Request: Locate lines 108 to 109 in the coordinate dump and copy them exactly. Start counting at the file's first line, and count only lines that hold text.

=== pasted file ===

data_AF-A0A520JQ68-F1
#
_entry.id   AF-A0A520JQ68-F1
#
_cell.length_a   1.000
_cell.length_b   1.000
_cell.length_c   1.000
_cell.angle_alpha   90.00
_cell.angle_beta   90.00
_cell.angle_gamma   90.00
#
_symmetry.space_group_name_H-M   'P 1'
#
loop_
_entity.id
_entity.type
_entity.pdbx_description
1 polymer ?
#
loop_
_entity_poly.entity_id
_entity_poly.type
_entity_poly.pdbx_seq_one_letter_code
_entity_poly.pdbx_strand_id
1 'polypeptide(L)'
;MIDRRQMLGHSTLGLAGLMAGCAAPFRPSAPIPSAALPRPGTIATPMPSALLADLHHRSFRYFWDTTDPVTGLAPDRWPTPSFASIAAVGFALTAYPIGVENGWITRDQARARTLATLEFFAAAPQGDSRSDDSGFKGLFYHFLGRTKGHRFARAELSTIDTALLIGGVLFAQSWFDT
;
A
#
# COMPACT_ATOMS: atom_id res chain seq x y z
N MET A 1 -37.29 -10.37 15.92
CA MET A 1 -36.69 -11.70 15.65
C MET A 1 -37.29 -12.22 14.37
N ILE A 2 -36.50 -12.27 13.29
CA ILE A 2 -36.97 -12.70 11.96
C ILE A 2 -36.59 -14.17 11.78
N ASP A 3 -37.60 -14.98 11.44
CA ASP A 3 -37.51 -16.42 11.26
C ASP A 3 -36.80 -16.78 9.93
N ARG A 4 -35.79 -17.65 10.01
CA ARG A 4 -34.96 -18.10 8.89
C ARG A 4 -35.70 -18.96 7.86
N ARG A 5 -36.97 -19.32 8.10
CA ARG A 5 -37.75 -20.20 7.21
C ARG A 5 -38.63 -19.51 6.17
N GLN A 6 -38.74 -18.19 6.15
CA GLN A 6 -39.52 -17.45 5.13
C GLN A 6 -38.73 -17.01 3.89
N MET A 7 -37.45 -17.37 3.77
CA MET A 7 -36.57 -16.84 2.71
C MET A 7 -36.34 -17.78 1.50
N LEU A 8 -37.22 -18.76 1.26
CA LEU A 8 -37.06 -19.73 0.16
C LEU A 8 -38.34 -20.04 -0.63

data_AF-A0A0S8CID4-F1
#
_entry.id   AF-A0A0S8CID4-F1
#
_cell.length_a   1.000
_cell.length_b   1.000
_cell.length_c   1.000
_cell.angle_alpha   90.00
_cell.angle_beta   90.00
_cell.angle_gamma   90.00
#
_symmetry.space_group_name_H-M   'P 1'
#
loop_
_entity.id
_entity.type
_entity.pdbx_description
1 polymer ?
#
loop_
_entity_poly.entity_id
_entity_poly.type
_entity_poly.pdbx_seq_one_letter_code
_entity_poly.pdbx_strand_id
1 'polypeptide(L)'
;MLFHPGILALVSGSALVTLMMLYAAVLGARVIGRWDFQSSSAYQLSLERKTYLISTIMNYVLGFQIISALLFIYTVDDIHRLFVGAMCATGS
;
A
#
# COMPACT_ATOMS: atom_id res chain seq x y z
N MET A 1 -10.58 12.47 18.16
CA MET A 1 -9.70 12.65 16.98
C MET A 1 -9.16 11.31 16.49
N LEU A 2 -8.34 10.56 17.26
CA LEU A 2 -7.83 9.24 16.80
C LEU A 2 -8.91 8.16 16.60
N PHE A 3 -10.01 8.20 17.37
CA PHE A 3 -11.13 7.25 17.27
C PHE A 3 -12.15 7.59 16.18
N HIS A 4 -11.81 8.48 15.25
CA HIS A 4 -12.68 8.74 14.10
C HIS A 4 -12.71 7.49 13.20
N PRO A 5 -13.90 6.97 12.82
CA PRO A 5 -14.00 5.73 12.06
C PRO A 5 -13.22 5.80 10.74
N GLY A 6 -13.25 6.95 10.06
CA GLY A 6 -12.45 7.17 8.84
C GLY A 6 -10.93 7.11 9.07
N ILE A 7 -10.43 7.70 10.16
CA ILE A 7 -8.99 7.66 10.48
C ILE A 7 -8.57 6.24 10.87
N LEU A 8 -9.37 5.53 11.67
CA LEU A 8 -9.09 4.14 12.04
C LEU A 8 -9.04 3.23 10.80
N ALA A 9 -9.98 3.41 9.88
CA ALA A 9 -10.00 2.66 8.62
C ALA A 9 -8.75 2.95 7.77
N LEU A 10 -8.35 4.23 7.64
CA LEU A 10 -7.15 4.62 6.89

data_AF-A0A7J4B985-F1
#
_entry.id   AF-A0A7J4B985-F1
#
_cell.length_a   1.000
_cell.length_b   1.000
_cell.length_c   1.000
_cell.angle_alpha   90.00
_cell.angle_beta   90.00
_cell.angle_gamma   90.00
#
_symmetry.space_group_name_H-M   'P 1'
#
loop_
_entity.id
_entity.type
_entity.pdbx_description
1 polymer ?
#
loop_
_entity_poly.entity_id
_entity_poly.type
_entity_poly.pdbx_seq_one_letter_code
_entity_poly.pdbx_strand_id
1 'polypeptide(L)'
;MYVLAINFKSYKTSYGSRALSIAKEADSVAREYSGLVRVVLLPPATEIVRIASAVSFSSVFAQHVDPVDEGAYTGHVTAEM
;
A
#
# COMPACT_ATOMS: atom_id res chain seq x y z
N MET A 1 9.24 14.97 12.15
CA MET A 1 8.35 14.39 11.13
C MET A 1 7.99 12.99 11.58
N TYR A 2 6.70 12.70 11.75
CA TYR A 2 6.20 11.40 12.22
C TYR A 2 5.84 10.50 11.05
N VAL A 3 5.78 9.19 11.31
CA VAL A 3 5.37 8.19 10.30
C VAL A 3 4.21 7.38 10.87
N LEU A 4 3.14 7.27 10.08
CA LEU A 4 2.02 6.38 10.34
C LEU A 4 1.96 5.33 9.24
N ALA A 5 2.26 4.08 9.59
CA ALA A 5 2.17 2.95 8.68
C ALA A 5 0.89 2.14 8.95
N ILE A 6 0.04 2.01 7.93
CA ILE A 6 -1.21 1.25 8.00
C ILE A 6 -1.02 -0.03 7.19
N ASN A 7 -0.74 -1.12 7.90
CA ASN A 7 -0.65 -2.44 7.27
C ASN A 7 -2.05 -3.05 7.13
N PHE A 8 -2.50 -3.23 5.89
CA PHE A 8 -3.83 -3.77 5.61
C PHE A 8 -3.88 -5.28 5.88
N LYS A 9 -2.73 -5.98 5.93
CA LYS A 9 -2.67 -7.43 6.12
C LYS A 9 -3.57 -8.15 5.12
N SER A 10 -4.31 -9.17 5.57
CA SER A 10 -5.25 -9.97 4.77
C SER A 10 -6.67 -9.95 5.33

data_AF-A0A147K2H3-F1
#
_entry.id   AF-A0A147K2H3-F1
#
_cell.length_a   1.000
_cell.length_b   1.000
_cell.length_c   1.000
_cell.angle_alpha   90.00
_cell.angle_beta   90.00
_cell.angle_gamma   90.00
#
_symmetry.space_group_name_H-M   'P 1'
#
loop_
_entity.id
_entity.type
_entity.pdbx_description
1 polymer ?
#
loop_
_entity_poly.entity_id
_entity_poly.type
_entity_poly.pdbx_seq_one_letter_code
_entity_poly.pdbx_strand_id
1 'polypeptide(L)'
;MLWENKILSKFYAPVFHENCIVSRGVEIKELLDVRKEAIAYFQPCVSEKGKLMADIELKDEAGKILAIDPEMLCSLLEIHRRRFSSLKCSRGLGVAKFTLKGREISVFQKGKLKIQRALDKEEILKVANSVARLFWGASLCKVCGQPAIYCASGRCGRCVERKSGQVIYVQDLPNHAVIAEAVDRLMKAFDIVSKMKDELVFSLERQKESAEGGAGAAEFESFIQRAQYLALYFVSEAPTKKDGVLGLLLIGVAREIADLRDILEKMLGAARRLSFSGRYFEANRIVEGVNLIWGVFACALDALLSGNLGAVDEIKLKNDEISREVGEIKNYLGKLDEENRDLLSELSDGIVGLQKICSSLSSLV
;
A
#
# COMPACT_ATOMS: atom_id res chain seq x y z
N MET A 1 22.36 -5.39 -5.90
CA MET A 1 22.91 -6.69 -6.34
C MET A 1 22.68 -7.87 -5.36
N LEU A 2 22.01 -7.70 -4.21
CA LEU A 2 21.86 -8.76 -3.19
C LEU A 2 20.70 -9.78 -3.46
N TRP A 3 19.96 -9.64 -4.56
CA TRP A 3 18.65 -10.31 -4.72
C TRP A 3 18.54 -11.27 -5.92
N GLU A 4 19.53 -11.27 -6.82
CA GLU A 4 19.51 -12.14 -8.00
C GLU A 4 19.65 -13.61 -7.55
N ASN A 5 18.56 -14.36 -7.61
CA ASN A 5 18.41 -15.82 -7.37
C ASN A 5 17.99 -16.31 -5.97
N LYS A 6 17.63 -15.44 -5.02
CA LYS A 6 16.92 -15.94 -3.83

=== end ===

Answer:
C LEU A 8 -9.04 3.23 10.80
N ALA A 9 -9.98 3.41 9.88